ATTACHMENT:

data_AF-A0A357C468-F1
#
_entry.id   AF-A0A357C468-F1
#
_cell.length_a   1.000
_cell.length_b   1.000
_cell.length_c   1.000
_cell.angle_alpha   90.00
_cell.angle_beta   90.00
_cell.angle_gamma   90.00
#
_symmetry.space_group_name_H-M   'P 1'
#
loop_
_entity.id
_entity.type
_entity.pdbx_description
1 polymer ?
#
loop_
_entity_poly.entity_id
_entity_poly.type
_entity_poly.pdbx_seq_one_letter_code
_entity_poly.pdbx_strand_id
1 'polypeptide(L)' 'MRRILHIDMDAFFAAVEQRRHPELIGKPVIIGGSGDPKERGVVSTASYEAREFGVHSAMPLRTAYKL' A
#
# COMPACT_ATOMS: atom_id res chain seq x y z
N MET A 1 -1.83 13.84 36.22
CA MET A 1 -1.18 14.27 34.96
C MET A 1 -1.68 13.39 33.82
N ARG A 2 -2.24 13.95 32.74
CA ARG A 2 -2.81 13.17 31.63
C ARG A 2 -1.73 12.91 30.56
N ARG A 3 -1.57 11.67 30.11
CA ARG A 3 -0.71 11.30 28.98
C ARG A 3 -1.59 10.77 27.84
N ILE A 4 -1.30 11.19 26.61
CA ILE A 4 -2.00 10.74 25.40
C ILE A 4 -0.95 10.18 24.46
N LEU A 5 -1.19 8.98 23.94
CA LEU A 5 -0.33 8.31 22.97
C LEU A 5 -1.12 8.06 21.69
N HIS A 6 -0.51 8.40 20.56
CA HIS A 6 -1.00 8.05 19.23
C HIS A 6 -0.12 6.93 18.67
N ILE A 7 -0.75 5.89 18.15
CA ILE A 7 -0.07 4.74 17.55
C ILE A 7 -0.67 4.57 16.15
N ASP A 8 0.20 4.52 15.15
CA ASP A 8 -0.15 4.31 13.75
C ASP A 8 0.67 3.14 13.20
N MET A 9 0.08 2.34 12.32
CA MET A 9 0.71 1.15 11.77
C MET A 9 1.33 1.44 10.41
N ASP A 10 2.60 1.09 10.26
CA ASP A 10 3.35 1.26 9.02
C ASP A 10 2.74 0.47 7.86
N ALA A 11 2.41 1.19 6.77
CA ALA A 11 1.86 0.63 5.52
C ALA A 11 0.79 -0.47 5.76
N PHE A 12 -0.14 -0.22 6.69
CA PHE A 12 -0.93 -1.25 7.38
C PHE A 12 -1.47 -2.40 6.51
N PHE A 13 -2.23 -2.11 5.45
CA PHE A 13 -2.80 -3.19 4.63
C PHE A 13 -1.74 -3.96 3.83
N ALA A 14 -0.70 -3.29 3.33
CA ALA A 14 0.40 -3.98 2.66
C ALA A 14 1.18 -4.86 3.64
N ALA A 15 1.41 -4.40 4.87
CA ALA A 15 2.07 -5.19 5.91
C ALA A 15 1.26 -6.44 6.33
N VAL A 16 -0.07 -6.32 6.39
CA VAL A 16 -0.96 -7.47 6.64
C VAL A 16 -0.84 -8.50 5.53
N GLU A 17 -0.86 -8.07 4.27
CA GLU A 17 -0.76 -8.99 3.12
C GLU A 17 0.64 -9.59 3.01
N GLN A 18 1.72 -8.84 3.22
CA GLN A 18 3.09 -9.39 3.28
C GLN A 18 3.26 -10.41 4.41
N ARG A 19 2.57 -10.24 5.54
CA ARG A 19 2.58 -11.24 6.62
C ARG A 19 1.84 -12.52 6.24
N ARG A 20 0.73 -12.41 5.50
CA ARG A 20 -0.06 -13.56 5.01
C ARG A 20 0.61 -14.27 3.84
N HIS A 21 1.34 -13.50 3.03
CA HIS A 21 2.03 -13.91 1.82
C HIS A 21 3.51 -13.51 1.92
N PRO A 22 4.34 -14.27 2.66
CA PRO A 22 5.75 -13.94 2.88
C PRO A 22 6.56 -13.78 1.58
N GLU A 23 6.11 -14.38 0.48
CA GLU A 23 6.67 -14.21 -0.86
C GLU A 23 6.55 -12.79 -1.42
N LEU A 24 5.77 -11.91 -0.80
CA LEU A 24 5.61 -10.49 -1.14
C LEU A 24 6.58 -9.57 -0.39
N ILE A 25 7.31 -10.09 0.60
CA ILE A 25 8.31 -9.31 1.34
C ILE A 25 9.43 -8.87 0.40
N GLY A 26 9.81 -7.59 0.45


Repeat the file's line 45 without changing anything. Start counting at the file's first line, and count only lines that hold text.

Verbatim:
C HIS A 6 -0.12 6.93 18.67